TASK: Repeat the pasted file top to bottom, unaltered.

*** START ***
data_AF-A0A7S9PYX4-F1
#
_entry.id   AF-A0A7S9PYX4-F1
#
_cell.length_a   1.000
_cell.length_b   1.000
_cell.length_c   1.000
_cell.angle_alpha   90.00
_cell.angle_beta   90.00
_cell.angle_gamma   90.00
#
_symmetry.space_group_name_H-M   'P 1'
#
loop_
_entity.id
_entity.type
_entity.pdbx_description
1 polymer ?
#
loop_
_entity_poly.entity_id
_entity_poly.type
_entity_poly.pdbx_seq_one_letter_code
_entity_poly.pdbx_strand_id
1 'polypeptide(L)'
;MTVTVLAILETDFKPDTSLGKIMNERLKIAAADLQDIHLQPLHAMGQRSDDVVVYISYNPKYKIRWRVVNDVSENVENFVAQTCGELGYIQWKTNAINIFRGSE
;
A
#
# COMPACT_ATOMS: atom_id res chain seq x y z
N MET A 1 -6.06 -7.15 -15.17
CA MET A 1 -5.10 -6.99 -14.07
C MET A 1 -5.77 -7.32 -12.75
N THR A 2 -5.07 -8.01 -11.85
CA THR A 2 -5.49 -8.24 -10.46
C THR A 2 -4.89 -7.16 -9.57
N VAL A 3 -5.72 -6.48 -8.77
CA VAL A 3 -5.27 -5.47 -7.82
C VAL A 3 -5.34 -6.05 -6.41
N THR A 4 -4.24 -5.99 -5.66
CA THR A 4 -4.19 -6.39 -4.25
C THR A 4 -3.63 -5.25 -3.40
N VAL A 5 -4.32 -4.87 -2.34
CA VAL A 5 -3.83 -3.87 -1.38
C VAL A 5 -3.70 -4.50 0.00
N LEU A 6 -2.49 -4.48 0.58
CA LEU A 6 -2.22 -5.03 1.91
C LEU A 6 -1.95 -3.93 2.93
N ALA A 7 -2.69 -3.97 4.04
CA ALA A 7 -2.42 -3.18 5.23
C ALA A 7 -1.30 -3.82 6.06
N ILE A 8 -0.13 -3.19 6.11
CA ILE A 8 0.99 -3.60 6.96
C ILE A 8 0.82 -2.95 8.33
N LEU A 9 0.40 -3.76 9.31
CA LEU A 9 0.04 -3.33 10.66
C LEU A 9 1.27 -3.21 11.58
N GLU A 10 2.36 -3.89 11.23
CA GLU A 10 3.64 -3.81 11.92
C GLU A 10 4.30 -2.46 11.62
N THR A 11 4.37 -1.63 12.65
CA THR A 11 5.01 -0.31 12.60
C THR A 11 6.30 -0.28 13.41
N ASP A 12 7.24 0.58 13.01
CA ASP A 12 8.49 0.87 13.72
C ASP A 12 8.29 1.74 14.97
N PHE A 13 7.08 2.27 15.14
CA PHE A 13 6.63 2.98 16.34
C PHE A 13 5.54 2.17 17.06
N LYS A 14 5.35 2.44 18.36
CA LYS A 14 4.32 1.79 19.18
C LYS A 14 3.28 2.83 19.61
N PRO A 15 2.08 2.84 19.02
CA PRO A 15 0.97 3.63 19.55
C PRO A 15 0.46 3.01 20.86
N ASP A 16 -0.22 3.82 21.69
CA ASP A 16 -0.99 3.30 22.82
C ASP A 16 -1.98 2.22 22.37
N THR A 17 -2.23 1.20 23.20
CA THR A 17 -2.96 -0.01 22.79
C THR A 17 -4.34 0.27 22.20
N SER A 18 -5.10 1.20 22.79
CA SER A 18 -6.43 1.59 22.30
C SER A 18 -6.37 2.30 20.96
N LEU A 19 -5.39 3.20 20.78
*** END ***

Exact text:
data_AF-A0A7S9PYX4-F1
#
_entry.id   AF-A0A7S9PYX4-F1
#
_cell.length_a   1.000
_cell.length_b   1.000
_cell.length_c   1.000
_cell.angle_alpha   90.00
_cell.angle_beta   90.00
_cell.angle_gamma   90.00
#
_symmetry.space_group_name_H-M   'P 1'
#
loop_
_entity.id
_entity.type
_entity.pdbx_description
1 polymer ?
#
loop_
_entity_poly.entity_id
_entity_poly.type
_entity_poly.pdbx_seq_one_letter_code
_entity_poly.pdbx_strand_id
1 'polypeptide(L)'
;MTVTVLAILETDFKPDTSLGKIMNERLKIAAADLQDIHLQPLHAMGQRSDDVVVYISYNPKYKIRWRVVNDVSENVENFVAQTCGELGYIQWKTNAINIFRGSE
;
A
#
# COMPACT_ATOMS: atom_id res chain seq x y z
N MET A 1 -6.06 -7.15 -15.17
CA MET A 1 -5.10 -6.99 -14.07
C MET A 1 -5.77 -7.32 -12.75
N THR A 2 -5.07 -8.01 -11.85
CA THR A 2 -5.49 -8.24 -10.46
C THR A 2 -4.89 -7.16 -9.57
N VAL A 3 -5.72 -6.48 -8.77
CA VAL A 3 -5.27 -5.47 -7.82
C VAL A 3 -5.34 -6.05 -6.41
N THR A 4 -4.24 -5.99 -5.66
CA THR A 4 -4.19 -6.39 -4.25
C THR A 4 -3.63 -5.25 -3.40
N VAL A 5 -4.32 -4.87 -2.34
CA VAL A 5 -3.83 -3.87 -1.38
C VAL A 5 -3.70 -4.50 0.00
N LEU A 6 -2.49 -4.48 0.58
CA LEU A 6 -2.22 -5.03 1.91
C LEU A 6 -1.95 -3.93 2.93
N ALA A 7 -2.69 -3.97 4.04
CA ALA A 7 -2.42 -3.18 5.23
C ALA A 7 -1.30 -3.82 6.06
N ILE A 8 -0.13 -3.19 6.11
CA ILE A 8 0.99 -3.60 6.96
C ILE A 8 0.82 -2.95 8.33
N LEU A 9 0.40 -3.76 9.31
CA LEU A 9 0.04 -3.33 10.66
C LEU A 9 1.27 -3.21 11.58
N GLU A 10 2.36 -3.89 11.23
CA GLU A 10 3.64 -3.81 11.92
C GLU A 10 4.30 -2.46 11.62
N THR A 11 4.37 -1.63 12.65
CA THR A 11 5.01 -0.31 12.60
C THR A 11 6.30 -0.28 13.41
N ASP A 12 7.24 0.58 13.01
CA ASP A 12 8.49 0.87 13.72
C ASP A 12 8.29 1.74 14.97
N PHE A 13 7.08 2.27 15.14
CA PHE A 13 6.63 2.98 16.34
C PHE A 13 5.54 2.17 17.06
N LYS A 14 5.35 2.44 18.36
CA LYS A 14 4.32 1.79 19.18
C LYS A 14 3.28 2.83 19.61
N PRO A 15 2.08 2.84 19.02
CA PRO A 15 0.97 3.63 19.55
C PRO A 15 0.46 3.01 20.86
N ASP A 16 -0.22 3.82 21.69
CA ASP A 16 -0.99 3.30 22.82
C ASP A 16 -1.98 2.22 22.37
N THR A 17 -2.23 1.20 23.20
CA THR A 17 -2.96 -0.01 22.79
C THR A 17 -4.34 0.27 22.20
N SER A 18 -5.10 1.20 22.79
CA SER A 18 -6.43 1.59 22.30
C SER A 18 -6.37 2.30 20.96
N LEU A 19 -5.39 3.20 20.78